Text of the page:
Q. I used my friend’s address to have USCIS mail my EAD and now they are leaving campus/their apartment. What should I do?
A. You cannot use an international address. You should locate another recipient within the U.S. Then you must update your mailing address with USCIS.
Q. I applied for OPT already. Will I have a problem if I re-enter the U.S. before graduation?
A. You should not have a problem reentering the U.S. before graduation since your Form I-20 will still be valid. Remember you must have all the required documents when reentering the U.S. If you want to re-enter the U.S. after graduation, you must have received your OPT approval from USCIS. A student who has graduated may not be allowed to re-enter the U.S. if the OPT application is still pending at USCIS.
Q. Can I still apply for CPT from outside the U.S.?
Q. If I leave the U.S. for the rest of the semester, can I still apply for post-completion academic training from abroad?
A. Yes. You can find information on applying for academic training on our website. You must have a job offer and submit your application to the HIO within 30 days of graduation to qualify.
Q. Will USCIS processing times for OPT be affected by Coronavirus closings?
A. At this time we have no way of knowing what might be affected as this situation is constantly evolving.
Q. Will online courses affect my visa status?
A. We have received government guidance that they intend to be flexible with temporary adaptations to classes. Provided international students continue to make normal progress in a full course of study as required by federal regulations, students’ legal immigration status should not be affected.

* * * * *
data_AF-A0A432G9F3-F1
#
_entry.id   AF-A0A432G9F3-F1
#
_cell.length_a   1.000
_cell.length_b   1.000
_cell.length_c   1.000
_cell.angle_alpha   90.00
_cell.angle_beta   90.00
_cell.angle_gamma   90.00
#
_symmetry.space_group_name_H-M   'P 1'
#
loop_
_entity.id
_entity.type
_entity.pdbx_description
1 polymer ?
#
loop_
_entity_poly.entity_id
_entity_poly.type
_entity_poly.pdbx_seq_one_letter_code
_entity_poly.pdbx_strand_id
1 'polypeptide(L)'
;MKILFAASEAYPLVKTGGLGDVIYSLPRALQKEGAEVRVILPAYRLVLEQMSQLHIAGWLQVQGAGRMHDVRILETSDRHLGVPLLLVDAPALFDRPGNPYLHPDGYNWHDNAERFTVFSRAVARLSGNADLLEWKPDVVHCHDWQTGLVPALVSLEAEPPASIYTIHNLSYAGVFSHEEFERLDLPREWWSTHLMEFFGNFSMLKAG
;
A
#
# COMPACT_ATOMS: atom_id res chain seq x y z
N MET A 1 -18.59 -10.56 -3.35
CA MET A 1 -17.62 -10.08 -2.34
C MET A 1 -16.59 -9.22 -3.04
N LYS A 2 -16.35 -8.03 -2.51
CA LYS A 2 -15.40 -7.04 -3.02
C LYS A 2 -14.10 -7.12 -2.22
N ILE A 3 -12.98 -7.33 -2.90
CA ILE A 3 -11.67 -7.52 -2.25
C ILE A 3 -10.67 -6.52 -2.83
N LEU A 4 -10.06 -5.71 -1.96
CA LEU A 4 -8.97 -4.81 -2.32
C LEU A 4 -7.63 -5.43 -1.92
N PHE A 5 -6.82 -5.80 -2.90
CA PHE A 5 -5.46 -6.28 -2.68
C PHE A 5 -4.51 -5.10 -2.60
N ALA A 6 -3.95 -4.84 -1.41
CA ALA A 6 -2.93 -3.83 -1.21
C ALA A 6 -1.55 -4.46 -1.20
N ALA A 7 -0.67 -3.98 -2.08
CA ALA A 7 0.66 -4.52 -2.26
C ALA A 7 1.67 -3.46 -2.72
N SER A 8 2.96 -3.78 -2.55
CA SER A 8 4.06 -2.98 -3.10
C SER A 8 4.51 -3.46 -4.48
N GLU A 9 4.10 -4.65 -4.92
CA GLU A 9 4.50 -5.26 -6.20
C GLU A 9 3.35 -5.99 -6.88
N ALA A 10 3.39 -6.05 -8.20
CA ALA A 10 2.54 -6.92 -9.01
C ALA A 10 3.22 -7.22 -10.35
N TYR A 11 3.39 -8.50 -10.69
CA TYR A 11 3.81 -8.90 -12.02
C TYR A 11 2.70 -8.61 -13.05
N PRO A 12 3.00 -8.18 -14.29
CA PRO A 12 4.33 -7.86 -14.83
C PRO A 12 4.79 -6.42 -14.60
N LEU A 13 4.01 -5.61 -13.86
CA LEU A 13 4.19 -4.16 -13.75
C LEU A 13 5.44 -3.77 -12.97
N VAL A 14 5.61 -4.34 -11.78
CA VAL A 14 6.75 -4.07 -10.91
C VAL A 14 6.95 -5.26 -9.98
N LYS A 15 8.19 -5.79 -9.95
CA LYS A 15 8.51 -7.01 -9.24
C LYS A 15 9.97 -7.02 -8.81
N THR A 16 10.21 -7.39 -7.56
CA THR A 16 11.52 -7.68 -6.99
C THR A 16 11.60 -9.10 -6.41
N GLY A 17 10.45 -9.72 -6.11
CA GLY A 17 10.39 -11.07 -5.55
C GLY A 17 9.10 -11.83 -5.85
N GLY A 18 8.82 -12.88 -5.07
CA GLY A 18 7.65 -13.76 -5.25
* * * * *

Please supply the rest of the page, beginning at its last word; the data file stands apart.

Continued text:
SSA / Taxes
Q. Can I file my U.S. taxes outside the country?
A. Yes, you can use Sprintax, print and sign the forms, and mail them.
Q. I have been invited to start a program at Harvard soon. Should I still come?
A. You should reach out to the department that invited you for more guidance.
Q. Should I come to the HIO to register?
A. You may provide your HIO Advisor with a scanned copy of the Harvard International Office Registration Form as well as the scan of your I-94 record, scan of visa stamp, and scan of entry stamp so that we can complete your registration and activate your SEVIS record in accordance with U.S. visa and immigration regulations. If you plan to travel outside of the U.S., come to the HIO before you leave the U.S. to have your I-20 or DS-2019 document signed.
Q. If a scholar chooses to go home to wait out the virus, can their J-1 status remain valid?
A. Any scholar planning to leave the U.S. to wait out the virus should contact their HIO advisor for further information.
Q. Can international TAs on J-1 visas remain in their home country to teach/perform their duties remotely after spring break, or do they need to be physically present on campus in order to maintain their J-1 status?
A. Any J-1 student who continues to maintain their full-time student status at Harvard will be able to maintain their valid J-1 visa status even if they are not physically in the U.S.